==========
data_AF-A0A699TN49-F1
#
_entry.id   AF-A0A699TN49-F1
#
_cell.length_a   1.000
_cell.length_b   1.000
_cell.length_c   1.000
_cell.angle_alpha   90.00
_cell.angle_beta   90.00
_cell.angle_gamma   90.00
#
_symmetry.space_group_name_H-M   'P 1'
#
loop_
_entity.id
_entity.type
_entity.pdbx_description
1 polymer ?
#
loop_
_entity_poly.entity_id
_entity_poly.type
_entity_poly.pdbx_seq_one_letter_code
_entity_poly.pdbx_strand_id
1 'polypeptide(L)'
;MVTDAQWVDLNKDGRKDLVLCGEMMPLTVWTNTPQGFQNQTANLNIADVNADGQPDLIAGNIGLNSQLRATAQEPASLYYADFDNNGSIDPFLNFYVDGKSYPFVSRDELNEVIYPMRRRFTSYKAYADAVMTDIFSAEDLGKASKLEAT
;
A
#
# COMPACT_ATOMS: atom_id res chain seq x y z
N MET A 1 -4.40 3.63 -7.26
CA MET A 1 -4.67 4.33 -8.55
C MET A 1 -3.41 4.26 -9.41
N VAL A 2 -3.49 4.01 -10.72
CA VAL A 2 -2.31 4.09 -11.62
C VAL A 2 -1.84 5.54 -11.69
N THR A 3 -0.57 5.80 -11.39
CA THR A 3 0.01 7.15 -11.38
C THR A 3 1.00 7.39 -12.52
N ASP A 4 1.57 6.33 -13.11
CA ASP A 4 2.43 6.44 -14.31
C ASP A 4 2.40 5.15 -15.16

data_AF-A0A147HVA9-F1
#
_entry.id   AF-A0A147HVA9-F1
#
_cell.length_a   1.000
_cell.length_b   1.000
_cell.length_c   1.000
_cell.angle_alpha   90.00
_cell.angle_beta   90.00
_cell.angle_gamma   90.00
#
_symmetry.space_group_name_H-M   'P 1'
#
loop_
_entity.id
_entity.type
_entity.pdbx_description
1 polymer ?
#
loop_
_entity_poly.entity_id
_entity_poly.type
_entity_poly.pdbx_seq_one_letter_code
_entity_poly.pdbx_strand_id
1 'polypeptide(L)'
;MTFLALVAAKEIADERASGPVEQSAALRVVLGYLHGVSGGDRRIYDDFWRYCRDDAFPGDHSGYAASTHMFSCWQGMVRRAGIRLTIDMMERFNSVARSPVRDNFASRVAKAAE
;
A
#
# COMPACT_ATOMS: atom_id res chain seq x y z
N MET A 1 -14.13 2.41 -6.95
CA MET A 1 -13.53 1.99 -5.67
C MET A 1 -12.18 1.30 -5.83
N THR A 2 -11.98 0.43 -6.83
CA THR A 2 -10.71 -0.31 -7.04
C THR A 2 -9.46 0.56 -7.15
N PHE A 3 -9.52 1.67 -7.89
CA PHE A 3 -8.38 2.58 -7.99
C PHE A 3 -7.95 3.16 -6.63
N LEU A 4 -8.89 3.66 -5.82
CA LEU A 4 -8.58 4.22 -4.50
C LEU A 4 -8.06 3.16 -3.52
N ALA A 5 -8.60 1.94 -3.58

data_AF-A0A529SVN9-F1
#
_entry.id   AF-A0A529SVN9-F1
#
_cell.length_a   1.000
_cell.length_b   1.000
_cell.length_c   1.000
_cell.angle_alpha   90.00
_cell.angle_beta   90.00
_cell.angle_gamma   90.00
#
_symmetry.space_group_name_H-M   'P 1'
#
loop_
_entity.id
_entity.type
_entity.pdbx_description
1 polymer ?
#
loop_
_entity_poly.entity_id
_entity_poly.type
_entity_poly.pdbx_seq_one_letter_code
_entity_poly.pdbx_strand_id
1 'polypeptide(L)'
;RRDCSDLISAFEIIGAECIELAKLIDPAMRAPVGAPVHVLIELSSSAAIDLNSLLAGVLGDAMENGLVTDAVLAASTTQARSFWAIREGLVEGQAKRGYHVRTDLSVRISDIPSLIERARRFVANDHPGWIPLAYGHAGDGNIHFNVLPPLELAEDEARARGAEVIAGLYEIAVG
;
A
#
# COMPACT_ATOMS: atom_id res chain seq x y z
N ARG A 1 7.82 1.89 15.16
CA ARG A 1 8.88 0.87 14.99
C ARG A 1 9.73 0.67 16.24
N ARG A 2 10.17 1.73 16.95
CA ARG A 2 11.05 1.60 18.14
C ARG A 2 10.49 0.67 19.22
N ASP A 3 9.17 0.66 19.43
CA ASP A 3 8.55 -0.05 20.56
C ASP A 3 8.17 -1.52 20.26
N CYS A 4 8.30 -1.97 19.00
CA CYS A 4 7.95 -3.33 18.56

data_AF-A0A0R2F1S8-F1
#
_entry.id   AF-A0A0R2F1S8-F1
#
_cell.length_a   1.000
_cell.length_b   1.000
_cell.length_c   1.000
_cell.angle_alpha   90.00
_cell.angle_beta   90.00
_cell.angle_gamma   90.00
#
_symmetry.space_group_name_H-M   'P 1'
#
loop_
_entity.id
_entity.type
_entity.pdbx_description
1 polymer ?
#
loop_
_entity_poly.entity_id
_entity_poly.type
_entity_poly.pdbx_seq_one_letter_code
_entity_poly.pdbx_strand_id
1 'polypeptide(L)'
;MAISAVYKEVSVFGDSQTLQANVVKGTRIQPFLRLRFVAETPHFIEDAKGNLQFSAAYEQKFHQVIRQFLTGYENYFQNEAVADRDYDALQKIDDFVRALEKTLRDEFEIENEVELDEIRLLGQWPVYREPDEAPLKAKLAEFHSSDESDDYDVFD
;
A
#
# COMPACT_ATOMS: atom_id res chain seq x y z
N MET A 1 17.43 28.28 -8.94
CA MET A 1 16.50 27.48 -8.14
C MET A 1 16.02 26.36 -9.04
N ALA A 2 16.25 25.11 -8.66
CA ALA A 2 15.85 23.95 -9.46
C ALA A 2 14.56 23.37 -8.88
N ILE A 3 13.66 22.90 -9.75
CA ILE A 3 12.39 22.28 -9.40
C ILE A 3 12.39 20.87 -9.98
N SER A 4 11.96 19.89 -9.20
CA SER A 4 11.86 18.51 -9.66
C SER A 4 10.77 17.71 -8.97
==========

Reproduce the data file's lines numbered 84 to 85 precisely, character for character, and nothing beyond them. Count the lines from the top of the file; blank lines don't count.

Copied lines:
C LEU A 4 -8.06 3.16 -3.52
N ALA A 5 -8.60 1.94 -3.58